10 nov Bosnia deserves priority above Moldavia
When Croatia became a member of the EU, the Croatians living in Bosnia Herzegovina or elsewhere in former Yugoslavia received a passport enabling them to travel freely within the Union. Overnight, they became first class citizens compared to their second class neighbors with whom they had huge differences anyway. Political and religious tensions were aggravated by new economic discrimination. Not only do Bosnians have to wait in line for a visa to visit Dubrovnik, they may be refused entrance to the beach resort they could drive to in an hour or two. In the meantime their Croatian former -and psychologically actual- enemy can drive through just by showing his new passport. Until Croatia joined the EU, Bosnia exported its dairy products there. Not anymore: the EU rules exclude products that are not in line with EU regulations, and Bosnia’s great milk, cheeses and yoghurt are not. Croatia’s success is killing the little economy its neighbors had, making differences bigger and bigger.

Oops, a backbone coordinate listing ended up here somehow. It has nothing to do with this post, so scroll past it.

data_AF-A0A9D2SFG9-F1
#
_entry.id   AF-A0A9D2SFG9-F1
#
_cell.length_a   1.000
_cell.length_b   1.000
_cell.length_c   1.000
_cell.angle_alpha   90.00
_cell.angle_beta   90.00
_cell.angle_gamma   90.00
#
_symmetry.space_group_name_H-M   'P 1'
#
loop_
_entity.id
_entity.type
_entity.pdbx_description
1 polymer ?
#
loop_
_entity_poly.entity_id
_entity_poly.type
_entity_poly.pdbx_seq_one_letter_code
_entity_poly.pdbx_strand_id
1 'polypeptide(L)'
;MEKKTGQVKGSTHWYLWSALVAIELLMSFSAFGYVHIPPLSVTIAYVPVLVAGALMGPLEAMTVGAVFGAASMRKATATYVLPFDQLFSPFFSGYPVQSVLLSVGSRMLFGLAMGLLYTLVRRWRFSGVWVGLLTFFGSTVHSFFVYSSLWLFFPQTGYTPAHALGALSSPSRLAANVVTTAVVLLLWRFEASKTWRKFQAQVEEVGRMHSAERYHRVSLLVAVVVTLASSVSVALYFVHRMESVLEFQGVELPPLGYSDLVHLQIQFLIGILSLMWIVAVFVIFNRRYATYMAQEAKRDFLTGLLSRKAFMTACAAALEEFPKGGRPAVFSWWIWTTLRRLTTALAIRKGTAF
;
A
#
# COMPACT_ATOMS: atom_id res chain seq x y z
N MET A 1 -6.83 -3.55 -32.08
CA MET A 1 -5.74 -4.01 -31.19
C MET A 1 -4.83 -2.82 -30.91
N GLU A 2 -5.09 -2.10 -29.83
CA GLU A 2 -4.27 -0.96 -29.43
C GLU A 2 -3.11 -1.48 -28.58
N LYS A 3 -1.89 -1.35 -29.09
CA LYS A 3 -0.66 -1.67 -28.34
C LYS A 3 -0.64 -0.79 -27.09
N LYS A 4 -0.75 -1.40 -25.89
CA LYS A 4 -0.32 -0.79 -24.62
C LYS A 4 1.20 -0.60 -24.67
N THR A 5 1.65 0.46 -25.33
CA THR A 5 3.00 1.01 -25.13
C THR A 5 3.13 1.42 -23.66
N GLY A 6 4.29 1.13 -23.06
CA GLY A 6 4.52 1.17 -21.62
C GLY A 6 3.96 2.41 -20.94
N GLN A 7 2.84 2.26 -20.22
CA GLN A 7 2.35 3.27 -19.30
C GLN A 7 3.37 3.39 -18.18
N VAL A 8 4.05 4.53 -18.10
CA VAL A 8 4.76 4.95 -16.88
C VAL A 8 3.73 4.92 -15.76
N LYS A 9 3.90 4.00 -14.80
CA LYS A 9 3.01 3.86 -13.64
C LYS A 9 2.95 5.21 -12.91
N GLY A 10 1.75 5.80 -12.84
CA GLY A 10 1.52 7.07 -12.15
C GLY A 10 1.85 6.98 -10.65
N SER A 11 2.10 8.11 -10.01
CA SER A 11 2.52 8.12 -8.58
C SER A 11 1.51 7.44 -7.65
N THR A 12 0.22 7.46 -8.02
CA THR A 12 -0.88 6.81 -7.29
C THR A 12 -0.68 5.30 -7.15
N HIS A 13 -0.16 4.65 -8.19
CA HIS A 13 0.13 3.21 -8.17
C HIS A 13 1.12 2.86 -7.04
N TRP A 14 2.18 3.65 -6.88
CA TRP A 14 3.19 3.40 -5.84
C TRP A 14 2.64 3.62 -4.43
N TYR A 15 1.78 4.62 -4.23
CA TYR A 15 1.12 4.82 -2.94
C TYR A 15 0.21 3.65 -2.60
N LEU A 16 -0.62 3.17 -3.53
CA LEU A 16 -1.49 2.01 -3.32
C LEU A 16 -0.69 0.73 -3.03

My question to Brussels is: why has there not been a comprehensive plan for the whole of former Yugoslavia? Why enhance the existing stress by discriminating the post Yugoslav nations and creating even poorer societies? I know, one country is better and faster in adapting itself to the Brussels norms, but what about taking extreme suffering and good intentions into consideration? Ask the Austrians: Bosnians and Herzegovinians are hard workers, ready to learn and to suffer once again to create a worthy existence for themselves and their children.
To say that enough is enough is unfair. In that case the EU should have stopped expanding a long time ago. The Union is complete only if the whole of Europe is included. If this is the ultimate goal, let Brussels go for it now, notwithstanding all the if’s and but’s. Why the hell should Moldavia come first?